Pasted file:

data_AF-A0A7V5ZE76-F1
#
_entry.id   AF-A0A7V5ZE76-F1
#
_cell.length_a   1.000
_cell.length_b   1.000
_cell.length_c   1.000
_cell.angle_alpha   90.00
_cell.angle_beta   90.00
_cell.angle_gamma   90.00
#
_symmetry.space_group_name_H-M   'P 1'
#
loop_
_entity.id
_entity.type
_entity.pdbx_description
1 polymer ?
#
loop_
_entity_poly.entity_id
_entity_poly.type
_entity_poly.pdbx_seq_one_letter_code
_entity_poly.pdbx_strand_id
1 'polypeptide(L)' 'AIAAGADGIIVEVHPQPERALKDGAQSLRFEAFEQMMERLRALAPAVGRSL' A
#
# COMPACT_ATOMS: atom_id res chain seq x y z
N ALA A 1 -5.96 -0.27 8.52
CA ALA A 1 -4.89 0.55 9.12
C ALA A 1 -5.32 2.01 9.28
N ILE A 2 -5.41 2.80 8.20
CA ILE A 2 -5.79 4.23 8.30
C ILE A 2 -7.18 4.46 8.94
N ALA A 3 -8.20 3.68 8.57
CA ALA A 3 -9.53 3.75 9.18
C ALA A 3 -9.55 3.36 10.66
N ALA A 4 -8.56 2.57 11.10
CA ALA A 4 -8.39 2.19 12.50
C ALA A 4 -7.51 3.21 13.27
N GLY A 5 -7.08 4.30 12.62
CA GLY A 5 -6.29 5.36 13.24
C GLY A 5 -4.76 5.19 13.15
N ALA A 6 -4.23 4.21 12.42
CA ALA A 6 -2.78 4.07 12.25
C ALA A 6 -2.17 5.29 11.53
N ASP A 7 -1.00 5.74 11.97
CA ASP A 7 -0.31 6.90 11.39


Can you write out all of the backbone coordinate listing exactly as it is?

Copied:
data_AF-A0A7V5ZE76-F1
#
_entry.id   AF-A0A7V5ZE76-F1
#
_cell.length_a   1.000
_cell.length_b   1.000
_cell.length_c   1.000
_cell.angle_alpha   90.00
_cell.angle_beta   90.00
_cell.angle_gamma   90.00
#
_symmetry.space_group_name_H-M   'P 1'
#
loop_
_entity.id
_entity.type
_entity.pdbx_description
1 polymer ?
#
loop_
_entity_poly.entity_id
_entity_poly.type
_entity_poly.pdbx_seq_one_letter_code
_entity_poly.pdbx_strand_id
1 'polypeptide(L)' 'AIAAGADGIIVEVHPQPERALKDGAQSLRFEAFEQMMERLRALAPAVGRSL' A
#
# COMPACT_ATOMS: atom_id res chain seq x y z
N ALA A 1 -5.96 -0.27 8.52
CA ALA A 1 -4.89 0.55 9.12
C ALA A 1 -5.32 2.01 9.28
N ILE A 2 -5.41 2.80 8.20
CA ILE A 2 -5.79 4.23 8.30
C ILE A 2 -7.18 4.46 8.94
N ALA A 3 -8.20 3.68 8.57
CA ALA A 3 -9.53 3.75 9.18
C ALA A 3 -9.55 3.36 10.66
N ALA A 4 -8.56 2.57 11.10
CA ALA A 4 -8.39 2.19 12.50
C ALA A 4 -7.51 3.21 13.27
N GLY A 5 -7.08 4.30 12.62
CA GLY A 5 -6.29 5.36 13.24
C GLY A 5 -4.76 5.19 13.15
N ALA A 6 -4.23 4.21 12.42
CA ALA A 6 -2.78 4.07 12.25
C ALA A 6 -2.17 5.29 11.53
N ASP A 7 -1.00 5.74 11.97
CA ASP A 7 -0.31 6.90 11.39